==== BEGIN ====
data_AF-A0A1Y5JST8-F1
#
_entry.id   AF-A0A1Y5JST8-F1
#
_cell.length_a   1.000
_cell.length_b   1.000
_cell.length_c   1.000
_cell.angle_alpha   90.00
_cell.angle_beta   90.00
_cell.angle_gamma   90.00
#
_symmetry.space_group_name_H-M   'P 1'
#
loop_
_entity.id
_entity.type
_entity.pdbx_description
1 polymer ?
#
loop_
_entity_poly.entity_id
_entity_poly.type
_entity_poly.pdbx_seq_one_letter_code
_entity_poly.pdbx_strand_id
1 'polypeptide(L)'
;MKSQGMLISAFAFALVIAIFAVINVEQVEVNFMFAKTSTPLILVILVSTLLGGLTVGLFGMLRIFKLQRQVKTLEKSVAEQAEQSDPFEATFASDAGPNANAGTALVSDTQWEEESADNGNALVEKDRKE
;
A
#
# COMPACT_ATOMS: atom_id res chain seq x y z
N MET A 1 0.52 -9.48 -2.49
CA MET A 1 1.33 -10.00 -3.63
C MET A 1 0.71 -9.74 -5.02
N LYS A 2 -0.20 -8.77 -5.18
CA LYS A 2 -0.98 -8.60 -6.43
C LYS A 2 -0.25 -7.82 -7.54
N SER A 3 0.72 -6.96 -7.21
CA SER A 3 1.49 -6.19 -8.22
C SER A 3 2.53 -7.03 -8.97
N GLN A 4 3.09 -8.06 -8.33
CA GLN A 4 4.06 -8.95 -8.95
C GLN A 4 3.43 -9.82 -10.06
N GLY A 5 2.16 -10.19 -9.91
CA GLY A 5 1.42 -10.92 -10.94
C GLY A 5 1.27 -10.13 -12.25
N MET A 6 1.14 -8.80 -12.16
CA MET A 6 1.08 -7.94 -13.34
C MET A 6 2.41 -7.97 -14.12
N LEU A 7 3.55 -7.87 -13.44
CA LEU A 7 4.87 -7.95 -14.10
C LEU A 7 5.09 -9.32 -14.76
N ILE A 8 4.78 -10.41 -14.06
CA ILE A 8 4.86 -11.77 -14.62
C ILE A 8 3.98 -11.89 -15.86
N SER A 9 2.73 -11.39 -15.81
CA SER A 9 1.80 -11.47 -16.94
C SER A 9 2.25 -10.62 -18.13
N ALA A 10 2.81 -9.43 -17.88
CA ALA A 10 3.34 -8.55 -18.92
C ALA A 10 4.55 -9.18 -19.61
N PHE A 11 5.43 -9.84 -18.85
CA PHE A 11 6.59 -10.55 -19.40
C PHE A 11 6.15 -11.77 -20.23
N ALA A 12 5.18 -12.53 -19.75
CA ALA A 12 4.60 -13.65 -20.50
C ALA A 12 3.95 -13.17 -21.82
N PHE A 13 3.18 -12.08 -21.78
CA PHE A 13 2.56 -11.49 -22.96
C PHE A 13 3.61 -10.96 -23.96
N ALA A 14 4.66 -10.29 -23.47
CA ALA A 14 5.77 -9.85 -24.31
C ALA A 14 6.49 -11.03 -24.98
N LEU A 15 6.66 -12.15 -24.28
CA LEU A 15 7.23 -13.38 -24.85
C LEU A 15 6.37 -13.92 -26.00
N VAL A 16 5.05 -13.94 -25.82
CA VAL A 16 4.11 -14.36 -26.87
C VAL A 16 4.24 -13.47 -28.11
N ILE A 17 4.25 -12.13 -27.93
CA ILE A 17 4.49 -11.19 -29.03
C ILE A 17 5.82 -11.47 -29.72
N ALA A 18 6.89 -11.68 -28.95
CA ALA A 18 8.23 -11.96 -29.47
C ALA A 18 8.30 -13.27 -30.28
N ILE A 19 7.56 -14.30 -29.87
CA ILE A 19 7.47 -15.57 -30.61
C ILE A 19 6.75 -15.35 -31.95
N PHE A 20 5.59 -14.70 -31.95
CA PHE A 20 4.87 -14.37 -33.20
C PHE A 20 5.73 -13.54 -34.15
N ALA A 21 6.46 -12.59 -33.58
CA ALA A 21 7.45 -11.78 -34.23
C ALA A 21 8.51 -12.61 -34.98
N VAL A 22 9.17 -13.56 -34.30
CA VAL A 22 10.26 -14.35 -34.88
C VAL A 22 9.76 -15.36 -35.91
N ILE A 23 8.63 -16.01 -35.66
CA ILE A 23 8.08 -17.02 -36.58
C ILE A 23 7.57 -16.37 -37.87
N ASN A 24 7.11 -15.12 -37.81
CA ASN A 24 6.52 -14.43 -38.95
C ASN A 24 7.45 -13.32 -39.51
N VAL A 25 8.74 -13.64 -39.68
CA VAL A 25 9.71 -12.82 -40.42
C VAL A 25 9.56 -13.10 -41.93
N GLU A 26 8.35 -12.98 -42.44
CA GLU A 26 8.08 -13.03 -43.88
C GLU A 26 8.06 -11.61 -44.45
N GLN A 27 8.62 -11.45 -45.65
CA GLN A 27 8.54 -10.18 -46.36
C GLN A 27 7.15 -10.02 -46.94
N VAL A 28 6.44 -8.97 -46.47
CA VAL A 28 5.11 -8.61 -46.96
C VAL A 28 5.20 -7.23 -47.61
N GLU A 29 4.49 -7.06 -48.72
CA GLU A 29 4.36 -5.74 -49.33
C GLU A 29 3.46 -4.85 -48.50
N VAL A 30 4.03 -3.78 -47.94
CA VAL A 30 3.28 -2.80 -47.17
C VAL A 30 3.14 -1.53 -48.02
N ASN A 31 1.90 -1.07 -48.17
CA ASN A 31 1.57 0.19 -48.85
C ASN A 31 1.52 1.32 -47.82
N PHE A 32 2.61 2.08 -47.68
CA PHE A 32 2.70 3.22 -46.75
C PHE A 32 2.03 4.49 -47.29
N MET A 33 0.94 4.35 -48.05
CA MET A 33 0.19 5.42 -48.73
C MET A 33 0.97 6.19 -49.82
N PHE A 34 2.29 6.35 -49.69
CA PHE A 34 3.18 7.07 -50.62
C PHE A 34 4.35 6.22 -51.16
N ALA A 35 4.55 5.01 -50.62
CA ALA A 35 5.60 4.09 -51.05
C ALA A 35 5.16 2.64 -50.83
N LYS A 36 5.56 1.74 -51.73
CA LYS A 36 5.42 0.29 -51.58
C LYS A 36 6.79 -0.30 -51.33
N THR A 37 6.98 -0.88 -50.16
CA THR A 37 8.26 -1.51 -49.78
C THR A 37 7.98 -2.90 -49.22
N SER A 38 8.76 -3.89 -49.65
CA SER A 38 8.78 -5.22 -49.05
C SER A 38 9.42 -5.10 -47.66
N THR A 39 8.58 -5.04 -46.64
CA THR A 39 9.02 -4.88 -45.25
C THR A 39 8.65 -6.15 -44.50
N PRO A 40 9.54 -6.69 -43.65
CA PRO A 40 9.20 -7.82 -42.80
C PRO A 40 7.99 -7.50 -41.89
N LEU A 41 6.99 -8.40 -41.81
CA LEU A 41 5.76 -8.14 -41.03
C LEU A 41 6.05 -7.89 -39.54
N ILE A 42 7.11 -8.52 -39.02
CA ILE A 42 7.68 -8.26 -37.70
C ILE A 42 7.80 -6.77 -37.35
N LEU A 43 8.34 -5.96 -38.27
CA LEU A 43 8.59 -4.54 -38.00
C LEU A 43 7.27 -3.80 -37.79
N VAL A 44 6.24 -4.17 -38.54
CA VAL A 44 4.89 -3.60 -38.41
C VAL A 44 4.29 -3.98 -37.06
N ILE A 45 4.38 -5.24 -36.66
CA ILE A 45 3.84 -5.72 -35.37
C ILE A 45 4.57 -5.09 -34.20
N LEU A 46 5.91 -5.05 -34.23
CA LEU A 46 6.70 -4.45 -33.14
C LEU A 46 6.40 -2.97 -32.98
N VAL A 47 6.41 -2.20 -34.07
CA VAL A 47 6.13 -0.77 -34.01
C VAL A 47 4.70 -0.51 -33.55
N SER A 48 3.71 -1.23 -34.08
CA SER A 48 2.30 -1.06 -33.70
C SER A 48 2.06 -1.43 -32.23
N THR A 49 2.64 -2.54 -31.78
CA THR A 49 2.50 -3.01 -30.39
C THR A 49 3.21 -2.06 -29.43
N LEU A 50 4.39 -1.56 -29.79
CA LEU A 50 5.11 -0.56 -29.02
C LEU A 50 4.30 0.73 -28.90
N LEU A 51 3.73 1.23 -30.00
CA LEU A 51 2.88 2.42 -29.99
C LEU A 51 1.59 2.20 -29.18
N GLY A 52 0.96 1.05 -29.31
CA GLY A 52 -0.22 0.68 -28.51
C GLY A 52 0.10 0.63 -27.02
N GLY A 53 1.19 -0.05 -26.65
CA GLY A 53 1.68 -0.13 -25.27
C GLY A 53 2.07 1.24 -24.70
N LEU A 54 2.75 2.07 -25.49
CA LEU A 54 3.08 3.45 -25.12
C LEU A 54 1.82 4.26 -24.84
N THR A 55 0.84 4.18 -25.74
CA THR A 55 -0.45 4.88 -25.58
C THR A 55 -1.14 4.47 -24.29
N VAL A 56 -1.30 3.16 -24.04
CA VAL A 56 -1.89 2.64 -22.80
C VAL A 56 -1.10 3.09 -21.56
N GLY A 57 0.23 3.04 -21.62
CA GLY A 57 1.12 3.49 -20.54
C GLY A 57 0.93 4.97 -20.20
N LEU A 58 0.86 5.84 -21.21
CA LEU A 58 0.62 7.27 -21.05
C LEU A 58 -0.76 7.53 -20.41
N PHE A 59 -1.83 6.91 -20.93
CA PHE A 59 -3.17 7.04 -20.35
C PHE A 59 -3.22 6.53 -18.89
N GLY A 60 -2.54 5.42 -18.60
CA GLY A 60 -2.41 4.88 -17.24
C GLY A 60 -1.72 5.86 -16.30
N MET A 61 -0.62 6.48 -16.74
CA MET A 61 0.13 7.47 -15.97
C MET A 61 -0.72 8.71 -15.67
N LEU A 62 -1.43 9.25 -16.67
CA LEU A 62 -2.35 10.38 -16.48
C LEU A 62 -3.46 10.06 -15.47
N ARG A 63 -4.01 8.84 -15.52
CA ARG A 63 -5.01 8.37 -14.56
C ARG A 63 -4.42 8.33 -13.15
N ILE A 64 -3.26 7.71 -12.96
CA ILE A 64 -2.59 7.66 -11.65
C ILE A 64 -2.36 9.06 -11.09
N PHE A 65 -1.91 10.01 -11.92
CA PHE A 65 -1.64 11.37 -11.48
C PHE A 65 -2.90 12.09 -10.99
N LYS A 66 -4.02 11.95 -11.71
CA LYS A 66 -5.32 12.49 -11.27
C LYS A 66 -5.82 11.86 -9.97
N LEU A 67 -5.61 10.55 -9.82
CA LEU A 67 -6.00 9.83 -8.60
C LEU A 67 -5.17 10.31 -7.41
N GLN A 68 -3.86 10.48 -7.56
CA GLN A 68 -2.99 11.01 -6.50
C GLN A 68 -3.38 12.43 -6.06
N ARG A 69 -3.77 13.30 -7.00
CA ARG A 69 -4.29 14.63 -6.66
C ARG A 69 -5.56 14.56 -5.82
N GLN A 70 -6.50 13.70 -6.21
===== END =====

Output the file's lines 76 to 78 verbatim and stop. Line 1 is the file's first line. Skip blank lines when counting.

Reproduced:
N VAL A 16 5.05 -13.94 -25.82
CA VAL A 16 4.11 -14.36 -26.87
C VAL A 16 4.24 -13.47 -28.11